THIS SECOND WAVE of the pandemic feels quite different than the first.
In the Spring, shoppers emptied store shelves of toilet paper –a curious indicator of what’s important in people’s lives. A sense of domesticity swept the nation as flour flew off the shelves in a bread-baking frenzy. Canadians became more self-sufficient as vegetables replaced flower gardens in back yards.
Language reflects the change. Google tracts word usage across Canada. Now no one is trying to “flatten the curve.” “Flatten the curve” as a phrase peaked in mid-March. Now usage is just three per cent of that. I succumbed to the impulse to use, what had become a cliché, in this column mid-March.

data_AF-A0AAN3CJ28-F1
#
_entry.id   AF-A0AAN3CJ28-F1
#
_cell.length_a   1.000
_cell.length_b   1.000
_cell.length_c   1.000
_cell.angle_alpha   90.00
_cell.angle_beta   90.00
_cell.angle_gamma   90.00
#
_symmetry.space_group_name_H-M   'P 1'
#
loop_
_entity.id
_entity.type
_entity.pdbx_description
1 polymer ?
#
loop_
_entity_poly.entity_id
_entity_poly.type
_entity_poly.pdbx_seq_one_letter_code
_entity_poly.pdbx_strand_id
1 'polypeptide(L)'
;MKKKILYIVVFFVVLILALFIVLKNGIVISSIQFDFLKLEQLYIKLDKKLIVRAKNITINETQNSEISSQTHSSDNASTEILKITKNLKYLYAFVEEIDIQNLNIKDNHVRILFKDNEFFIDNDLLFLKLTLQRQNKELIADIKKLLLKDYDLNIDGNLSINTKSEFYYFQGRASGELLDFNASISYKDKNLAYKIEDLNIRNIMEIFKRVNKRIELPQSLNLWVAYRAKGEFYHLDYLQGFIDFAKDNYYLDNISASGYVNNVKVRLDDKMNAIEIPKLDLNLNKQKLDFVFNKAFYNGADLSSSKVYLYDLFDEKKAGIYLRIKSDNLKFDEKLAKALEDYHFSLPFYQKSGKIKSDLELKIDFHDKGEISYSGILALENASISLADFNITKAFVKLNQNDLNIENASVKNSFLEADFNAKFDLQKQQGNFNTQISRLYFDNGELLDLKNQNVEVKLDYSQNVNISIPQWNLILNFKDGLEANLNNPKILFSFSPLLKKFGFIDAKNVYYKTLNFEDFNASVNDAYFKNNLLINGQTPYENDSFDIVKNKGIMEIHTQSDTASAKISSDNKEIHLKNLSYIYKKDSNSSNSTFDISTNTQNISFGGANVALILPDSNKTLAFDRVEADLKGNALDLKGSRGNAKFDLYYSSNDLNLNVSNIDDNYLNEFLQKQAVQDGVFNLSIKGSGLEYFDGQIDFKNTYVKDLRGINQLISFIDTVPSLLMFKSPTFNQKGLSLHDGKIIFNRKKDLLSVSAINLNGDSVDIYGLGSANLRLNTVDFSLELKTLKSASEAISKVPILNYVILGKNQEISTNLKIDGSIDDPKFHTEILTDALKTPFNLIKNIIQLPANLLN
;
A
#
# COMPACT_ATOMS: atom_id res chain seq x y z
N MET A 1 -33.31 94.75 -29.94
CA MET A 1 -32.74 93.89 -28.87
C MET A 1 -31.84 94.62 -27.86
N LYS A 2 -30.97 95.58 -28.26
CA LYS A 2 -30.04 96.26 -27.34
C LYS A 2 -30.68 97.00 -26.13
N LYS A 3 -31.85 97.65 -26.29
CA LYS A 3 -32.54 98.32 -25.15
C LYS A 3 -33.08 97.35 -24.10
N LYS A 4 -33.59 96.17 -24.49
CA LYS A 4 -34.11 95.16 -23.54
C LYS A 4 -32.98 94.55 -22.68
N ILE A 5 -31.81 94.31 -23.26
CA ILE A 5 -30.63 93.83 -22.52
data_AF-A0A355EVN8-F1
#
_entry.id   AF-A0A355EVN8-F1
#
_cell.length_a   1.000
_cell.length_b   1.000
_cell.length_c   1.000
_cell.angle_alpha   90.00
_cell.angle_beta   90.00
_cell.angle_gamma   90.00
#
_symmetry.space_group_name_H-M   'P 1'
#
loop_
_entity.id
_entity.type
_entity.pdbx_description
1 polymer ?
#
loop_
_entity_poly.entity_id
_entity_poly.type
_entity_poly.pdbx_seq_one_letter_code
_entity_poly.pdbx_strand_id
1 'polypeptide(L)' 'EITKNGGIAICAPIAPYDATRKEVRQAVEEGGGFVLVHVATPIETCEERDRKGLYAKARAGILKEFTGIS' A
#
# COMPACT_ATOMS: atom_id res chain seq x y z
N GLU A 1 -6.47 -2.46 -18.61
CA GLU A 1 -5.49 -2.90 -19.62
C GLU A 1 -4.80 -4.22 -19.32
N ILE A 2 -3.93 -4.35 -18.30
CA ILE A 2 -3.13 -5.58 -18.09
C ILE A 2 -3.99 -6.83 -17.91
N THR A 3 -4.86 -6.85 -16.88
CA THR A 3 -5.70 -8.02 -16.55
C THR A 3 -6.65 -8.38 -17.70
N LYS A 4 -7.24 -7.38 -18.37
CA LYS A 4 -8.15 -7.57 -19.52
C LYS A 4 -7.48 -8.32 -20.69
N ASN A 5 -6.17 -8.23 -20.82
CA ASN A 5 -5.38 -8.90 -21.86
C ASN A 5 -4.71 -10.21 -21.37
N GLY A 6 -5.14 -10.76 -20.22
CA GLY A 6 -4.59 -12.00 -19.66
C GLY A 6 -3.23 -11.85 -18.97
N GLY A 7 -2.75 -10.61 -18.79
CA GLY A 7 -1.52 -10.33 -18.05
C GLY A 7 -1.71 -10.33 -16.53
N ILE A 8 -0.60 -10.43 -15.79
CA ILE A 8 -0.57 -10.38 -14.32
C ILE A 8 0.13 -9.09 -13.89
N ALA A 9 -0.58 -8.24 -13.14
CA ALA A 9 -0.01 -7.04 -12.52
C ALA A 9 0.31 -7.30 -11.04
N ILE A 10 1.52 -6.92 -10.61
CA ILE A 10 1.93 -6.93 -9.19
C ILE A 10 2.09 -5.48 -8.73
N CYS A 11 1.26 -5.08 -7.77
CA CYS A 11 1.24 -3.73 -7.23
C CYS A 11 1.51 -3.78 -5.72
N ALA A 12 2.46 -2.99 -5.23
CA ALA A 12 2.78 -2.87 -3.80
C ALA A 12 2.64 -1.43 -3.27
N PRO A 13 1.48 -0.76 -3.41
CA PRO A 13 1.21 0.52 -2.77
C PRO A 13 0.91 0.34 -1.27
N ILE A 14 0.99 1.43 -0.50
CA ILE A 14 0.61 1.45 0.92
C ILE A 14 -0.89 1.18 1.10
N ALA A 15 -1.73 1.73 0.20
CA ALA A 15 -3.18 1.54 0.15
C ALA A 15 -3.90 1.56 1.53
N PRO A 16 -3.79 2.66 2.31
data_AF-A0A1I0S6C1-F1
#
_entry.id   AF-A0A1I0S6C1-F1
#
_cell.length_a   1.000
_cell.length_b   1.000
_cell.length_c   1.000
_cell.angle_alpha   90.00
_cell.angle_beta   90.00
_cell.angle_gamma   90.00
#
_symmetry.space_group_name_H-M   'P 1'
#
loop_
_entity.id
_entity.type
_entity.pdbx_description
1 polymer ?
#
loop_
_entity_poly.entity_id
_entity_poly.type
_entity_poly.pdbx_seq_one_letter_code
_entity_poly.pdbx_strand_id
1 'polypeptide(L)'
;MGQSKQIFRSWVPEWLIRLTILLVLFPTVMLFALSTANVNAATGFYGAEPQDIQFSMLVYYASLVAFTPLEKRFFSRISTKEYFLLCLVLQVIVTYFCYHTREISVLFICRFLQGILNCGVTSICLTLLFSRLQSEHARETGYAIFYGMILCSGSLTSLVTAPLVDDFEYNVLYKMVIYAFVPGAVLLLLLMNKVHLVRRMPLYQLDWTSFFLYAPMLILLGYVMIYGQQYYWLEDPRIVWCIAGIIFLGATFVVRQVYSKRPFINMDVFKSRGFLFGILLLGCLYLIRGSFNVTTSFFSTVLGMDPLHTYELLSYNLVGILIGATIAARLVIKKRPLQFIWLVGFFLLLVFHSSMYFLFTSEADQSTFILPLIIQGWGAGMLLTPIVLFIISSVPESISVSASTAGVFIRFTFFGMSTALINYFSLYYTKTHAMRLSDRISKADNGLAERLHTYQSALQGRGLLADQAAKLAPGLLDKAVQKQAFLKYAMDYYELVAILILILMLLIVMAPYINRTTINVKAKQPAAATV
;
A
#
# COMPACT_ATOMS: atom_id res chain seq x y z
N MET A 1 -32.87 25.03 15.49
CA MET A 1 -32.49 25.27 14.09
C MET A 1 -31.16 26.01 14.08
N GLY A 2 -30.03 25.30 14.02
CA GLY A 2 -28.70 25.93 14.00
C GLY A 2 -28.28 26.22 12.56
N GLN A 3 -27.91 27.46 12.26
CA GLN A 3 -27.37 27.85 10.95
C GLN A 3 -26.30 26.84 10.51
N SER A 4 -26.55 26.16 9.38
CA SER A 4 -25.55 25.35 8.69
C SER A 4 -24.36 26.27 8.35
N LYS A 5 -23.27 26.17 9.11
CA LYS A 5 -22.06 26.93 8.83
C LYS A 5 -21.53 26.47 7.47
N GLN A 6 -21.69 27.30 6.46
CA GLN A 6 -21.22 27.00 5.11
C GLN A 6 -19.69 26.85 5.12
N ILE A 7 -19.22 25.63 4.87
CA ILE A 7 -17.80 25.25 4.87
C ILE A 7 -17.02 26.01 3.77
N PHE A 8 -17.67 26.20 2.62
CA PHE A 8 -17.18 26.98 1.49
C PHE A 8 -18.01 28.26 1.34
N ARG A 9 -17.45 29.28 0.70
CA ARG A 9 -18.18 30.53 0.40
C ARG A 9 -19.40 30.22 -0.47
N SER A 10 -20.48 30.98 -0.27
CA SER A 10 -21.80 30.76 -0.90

“Novel coronavirus” use peaked in late January and use is now at four per cent of that. The shine has gone off the coronavirus and now it’s just the same old sneaky, deadly disease that has killed over one million globally.
“New normal” is doing a bit better. Use peaked in May and is now one-half that.
David Charbonneau is a retired TRU electronics instructor who hosts a blog at http://www.eyeviewkamloops.wordpress.com.